A jury on Nov. 7 sided with a south Louisiana couple in the first federal trial in Louisiana against State Farm Insurance Cos. over Hurricane Katrina damage.
An attorney for plaintiffs Michael and Judy Kodrin and a State Farm spokesman estimated the award would be about $350,000. But U.S. District Judge Carl Barbier said he’d have to calculate the amount and did not immediately issue a finding.
“We’re just happy it’s over, and that the jury was fair and just,” Judy Kodrin said, adding later: “It never was about the money for us. It was about justice more than anything.”
State Farm spokesman Phil Supple said the Bloomington, Ill.-based company was weighing its options, including a possible appeal. “We felt evidence presented by our experts would have resulted in a different verdict,” he said.
The eight-member jury was asked to decide whether wind or floodwater was responsible for demolishing the Kodrins’ home in Port Sulphur.
Jurors decided that State Farm owed the couple roughly $200,000 for wind damage, which was the maximum allowed by their homeowner policy, plus about $150,000 in penalties for failing to adjust their claim in a timely fashion, a lawyer for the Kodrins said.
The couple claimed winds destroyed their house hours before water topped a nearby river levee and flooded their Plaquemines Parish neighborhood in August 2005. But State Farm, which says its homeowner policies cover damage from wind but not rising water, denied the couple’s claim, concluding storm surge destroyed the house.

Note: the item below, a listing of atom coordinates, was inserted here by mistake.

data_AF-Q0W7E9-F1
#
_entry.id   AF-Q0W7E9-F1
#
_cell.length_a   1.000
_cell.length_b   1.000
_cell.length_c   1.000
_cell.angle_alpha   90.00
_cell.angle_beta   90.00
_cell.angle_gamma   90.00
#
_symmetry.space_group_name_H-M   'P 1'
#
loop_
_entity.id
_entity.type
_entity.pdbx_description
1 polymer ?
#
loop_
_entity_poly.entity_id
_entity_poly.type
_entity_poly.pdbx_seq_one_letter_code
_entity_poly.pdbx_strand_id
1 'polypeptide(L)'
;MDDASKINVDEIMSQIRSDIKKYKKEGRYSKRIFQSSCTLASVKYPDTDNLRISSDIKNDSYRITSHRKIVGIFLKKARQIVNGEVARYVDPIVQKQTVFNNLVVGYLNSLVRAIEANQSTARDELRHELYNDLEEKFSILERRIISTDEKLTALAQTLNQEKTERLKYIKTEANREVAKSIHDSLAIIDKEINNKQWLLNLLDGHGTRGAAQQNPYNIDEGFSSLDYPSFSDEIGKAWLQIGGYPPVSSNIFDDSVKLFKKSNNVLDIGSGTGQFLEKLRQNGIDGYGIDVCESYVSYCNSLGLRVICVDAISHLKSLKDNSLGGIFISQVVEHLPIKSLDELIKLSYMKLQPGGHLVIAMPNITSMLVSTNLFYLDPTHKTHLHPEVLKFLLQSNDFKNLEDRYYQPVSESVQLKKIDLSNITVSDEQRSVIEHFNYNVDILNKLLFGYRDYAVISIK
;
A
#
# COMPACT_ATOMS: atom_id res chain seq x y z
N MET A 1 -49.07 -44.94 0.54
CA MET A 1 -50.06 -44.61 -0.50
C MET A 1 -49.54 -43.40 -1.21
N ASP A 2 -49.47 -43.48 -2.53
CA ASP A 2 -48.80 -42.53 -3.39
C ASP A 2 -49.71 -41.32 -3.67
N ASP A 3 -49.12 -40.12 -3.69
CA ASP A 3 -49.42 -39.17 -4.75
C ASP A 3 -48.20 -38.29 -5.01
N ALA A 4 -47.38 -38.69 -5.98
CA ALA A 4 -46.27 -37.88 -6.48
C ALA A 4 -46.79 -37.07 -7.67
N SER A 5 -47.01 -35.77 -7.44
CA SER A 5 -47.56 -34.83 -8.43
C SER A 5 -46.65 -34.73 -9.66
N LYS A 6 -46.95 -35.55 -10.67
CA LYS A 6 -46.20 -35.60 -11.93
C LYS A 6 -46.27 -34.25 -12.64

After a two-day trial, it took the jury more than four hours to reach a verdict.
In his closing argument, John Redmann, an attorney for the Kodrins, accused State Farm of giving adjusters an “edict” to look for flood damage and to maximize flood damage estimates, suggesting State Farm was overbilling the federal flood insurance program so the company could limit its liability for wind damage.
“That’s a good neighbor?” he asked in a play on the company’s slogan. “That’s an outrage.”
But State Farm attorney Ryan Acomb urged jurors not to be swayed by emotions and to make a decision based on the evidence. In this case, that points to water causing the damage, he said.
He said the Kodrins were reluctant to settle their flood claim because the policy limit is smaller than the homeowner policy limit for wind. He said the Kodrins were seeking nearly $2 million, which he called “completely unreasonable.”
The Kodrins had sought penalties against the company, plus the policy limits for wind, and Redmann had said he did not know what that would add up to.
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